Sunday, September 7, 2014

Camino Eleven – A Taxi, Templars and Terribly Ill


Hmmm, even in a room of three ...  John snored.  Vanessa, tucked away on the far side, was too tired to notice.  However when she woke she was still in pain and the pair of us decided to levitate beyond Ledigos – in a taxi.  John would walk, he was a ‘bush basher’ from way back, he said, and had sturdy legs to show for it.  

We had the kindest driver who sat without his meter ticking while we stopped to explore the gorgeous Real Monasterio San Zoilo, the old convent once the court of the Kings of Castille and León, on the way.  Sumptuous, cloisters of golden stone Gothic, orchards to wander in, out of the town in a world of its own; we wished we’d stayed as the peregrino price for a three bed suite was affordable.

The Way all along the road was one we were glad to have missed, no secret ways less travelled here, we pass John striding along the footpath that runs beside the bitumen just about all the way to Terradillos de los Templarios.  Another 25 kms day for him.  Lucky for us we arrive early at this tiny hamlet with only two albergues and a many kilometres further to the next one.

We book, dormitory only, into the grand sounding Jacques du Molay, he who was the 23rd Grand Master of the Knights Templar.  He had died a shocking death and I wondered at his connection with this tiny place. 

 We lay on our backs with our legs up against a tree trunk in the tranquil garden, patches of sun between clouds keep the temperature mild, the air so dry it would cure parchment.  I lay here wondering if I’ll bother putting my journal notes into a book, who would be interested in reading yet another Camino chronicle?  My thoughts drift with the clouds above me and a would be title pops into my head: Same Skirt, Different Day by Poppy Peregrina. 

 I love it and turn my head to tell Vanessa but she is sound asleep.
Late in the afternoon John arrives, and countless tired pilgrims are turned away, some look exhausted.  John said it was not a pleasant walk, and he can walk anywhere.  V. and I are so glad we followed our instincts.  I have a not very nice chicken soup for lunch, little except water from the pots of boiling chicken being prepared for the evening meal, with the addition of a barley seed floating in it. I decide not to eat in the evening but V. Has the chicken stew and John has the other dish offered.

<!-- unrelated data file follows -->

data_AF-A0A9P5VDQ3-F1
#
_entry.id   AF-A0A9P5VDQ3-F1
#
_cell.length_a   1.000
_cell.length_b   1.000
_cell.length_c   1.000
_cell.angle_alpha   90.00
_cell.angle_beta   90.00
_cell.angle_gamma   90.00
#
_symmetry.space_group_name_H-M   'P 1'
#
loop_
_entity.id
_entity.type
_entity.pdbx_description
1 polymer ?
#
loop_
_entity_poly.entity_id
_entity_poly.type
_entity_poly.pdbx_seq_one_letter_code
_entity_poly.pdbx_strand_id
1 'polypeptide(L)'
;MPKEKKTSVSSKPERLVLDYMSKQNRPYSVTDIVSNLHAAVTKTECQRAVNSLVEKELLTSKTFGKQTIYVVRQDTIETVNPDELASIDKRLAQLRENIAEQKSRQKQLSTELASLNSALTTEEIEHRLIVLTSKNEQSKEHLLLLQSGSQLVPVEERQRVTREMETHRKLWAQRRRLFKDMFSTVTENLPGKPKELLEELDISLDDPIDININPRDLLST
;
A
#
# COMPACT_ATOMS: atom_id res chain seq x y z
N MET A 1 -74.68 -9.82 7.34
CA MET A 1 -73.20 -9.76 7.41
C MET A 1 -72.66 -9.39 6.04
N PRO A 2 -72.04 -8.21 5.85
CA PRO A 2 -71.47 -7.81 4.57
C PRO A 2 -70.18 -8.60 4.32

Everyone has one Bad Day on the Camino.  I woke to beautiful weather, began to walk through beautiful country, redolent with the intense scent of broom from hedgerows eight feet high planted as a baffle between the Camino path and the main road. 

 I walk more and more slowly, pain and nausea bring me almost to a standstill but I put one foot in front of the other, lean on my walking stick, lurch into an uneven balance while my head disengages from my body which is down there somewhere crying out for attention.

Every step was agony.  The Lovelies were far ahead, the morning rush of pilgrims had passed me by, my hips almost crumbled.

After many miles walking in a kind of delirium I stop.  At that instant Vanessa, a distant speck, must have sensed something seriously amiss.  She turns back.  A goodly wait and she reaches me.  She stays with me, step by slow step, and we make it to the mediaeval bridge and the Hermitage of Our Lady of the Bridge.  John is waiting on the other side.  Once over it I fall down heavily on the grass in front of the ruined Hermitage.  I can no longer move.  Sahagun is another 3 kms or so.  After a while Vanessa props me up, John takes my pack, and somehow I reach the first hotel at this edge of the town; a hotel with a grand foyer and a sympathetic receptionist who takes in the scene in front of him at once.  He calls a taxi.  Vanessa comes with me and just as well for by the time we reach Bercianos del Real Camino we both fall out of the taxi.  She is also ill.